The majestic, monumental, magnificent Mont Saint-Michel

Posted on 14. Nov, 2012 by in Destinations, Europe Travel, France, Photo Posts

The beautiful Mont Saint-Michel

To me, the Mont-Saint-Michel was the kind of place that you read about in history books, that you see on television.

You know, the kind of place you hear so much about but somehow seem unattainable, if only in dreams?

 But since I’m such a big fan of roadtrips, I decided that the annual French holidays, for me, would be spent in Normandy. And not once did I regret that decision. Normandy is incredibly beautiful, rich in history, and has delicious local specialties  But when I look back, I think the highlight of the week was the Mont Saint-Michel.

Perhaps you’ll understand why after looking at a few photos…

The Abbey of Mont Saint-Michel

photos of mont-saint-michel

The Abbey

Inside the Abbey

They Abbey of Mont Saint-Michel dates back to the 10th century, and is an eclectic yet surprisingly harmonized mix of Roman and Gothic architecture, and definitely makes for an interesting few hours visit, especially in the cloisters.

The view is also gorgeous - on clear days, you can see both Normandy and Brittany spreading on either side of the island. To this day, it’s still unclear in which region the Abbey really is, and no one seems to agree on the answer. But as long as you actually get there, it doesn’t really matter, does it?

And apparently, the tides around the island are some of the most dangerous in the world, in the sense that they are incredibly sneaky. They can be as quick and strong as 3 feet per second, for a total of 60 feet! Better watch the scenery from high up, then.

The view from the Abbey

The Cloisters

The Cloisters

The Cloisters

The village of Mont Saint-Michel

Well, there’s no going around that - the village is definitely tourist central, which translates into hefty price tags for pretty much everything (restaurants, souvenirs, hotels and other things). My suggestion would be to grab a cup of local cider, enjoy it on a terrace for the view and eat some place else.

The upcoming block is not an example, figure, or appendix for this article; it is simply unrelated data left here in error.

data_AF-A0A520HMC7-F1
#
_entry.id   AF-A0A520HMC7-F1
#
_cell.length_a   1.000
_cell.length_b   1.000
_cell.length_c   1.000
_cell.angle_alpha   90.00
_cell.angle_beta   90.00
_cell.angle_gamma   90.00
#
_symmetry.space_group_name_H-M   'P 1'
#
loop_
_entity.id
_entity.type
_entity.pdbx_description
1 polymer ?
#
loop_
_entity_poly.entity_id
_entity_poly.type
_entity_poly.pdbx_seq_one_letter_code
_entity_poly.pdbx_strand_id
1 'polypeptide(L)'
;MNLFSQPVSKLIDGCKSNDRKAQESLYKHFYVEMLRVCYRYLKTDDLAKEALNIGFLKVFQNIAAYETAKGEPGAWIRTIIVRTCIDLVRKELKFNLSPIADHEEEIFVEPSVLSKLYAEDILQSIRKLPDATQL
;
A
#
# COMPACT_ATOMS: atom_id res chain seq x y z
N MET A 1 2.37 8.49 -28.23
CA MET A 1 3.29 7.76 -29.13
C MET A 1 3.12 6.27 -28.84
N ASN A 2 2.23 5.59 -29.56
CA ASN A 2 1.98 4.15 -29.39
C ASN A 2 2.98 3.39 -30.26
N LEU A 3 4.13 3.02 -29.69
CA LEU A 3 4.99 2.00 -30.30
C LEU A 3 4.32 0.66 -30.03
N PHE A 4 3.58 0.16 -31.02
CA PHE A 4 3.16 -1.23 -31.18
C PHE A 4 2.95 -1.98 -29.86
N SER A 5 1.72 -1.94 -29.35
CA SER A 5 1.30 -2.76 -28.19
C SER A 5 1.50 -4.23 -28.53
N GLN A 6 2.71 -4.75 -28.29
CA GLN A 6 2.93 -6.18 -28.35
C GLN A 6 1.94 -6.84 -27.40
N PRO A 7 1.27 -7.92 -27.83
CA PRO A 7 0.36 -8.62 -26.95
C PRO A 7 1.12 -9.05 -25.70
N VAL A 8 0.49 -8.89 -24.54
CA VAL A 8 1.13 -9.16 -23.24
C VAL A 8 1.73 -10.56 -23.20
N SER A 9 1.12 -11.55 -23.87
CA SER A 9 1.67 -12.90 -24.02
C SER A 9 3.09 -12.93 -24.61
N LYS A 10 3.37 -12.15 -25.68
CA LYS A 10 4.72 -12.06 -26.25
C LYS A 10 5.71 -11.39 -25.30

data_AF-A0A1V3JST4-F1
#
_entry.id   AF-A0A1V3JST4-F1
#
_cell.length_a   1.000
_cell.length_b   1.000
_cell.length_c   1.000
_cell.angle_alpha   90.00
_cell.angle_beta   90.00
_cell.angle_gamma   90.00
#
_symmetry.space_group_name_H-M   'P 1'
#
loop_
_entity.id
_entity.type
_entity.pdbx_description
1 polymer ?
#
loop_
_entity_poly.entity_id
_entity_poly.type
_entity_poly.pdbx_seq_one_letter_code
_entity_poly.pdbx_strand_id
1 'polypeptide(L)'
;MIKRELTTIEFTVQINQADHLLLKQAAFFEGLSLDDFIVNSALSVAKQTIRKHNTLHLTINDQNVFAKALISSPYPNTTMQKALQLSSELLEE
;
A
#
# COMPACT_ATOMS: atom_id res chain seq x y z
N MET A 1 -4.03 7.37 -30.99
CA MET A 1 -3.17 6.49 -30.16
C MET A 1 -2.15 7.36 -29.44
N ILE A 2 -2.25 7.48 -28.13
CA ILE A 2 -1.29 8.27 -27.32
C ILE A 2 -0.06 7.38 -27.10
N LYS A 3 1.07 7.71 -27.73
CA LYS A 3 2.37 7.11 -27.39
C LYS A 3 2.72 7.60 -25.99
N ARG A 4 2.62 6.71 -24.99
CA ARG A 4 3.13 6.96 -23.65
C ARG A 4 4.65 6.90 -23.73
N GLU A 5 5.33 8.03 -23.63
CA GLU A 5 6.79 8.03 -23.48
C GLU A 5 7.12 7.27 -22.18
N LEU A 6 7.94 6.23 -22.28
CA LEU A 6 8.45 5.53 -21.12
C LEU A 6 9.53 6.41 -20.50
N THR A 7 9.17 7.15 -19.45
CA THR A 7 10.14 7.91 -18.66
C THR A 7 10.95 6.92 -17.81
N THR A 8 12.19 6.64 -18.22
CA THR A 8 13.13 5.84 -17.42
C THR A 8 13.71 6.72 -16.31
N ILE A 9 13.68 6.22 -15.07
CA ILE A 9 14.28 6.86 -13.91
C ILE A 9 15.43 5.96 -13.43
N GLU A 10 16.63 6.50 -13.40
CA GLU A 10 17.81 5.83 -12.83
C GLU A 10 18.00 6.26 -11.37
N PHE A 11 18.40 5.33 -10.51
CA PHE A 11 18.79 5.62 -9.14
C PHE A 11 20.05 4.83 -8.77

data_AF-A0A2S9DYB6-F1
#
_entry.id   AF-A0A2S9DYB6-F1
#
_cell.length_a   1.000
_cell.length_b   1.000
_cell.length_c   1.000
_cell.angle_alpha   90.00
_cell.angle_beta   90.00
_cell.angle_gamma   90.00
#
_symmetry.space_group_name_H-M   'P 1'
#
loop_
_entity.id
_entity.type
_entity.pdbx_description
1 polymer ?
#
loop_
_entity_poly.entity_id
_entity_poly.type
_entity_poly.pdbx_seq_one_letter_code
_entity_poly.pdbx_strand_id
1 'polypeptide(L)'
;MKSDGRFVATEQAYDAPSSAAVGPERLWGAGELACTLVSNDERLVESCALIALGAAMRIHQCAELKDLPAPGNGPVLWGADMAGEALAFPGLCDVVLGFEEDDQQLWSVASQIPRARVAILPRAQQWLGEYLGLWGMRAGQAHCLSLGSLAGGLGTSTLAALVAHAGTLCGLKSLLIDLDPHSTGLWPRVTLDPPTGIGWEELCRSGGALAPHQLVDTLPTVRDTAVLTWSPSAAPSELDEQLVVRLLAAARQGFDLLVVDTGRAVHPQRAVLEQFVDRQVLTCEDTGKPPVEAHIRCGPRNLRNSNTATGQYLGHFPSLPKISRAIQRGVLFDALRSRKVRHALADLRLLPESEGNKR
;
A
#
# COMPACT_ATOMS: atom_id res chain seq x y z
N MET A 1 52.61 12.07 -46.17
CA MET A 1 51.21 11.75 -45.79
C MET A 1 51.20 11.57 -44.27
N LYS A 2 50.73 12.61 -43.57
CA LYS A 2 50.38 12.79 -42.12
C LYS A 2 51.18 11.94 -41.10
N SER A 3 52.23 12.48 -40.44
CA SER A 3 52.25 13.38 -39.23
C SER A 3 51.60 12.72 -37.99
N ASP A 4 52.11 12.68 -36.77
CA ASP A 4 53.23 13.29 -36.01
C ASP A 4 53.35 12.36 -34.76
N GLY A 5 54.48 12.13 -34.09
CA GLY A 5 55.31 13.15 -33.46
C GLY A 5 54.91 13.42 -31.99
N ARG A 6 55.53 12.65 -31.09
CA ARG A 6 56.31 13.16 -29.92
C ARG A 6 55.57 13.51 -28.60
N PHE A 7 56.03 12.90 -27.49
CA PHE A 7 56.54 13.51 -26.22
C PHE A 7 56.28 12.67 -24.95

The Village, despite its price, is beautiful. The many winding and steep alleys offer a new surprise at every corner, and everywhere you look seem like the new ‘best photo opportunity ever’. Needless to say that the village, as well as the whole island of Mont Saint-Michel, are very photogenic.

One of the many narrow alleys

The entrance gate

Tourist souvenirs

The beautiful timer-frame architecture

Archangel Michael

Have you been to the Mont Saint-Michel? What was your favorite part? What’s your favorite photo in this essay?


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9 Responses to “The majestic, monumental, magnificent Mont Saint-Michel”

  1. Barbara Weibel

    14. Nov, 2012

    Residents of Normandy would be quite upset to hear your comment: “To this day, it’s still unclear in which region the Abbey really is, and no one seems to agree on the answer.” The island is within the borders of Normandy and even Britons agree. In fact when Mont Saint Michel is lit at night, the lights shine only on the Normandy side - purposely. Anyone viewing it from the shores of Brittany will see only darkness - signal of where ownership lies. Don’t ever tell a Norman that the Abbey might belong to Brittany, as it’s a huge insult.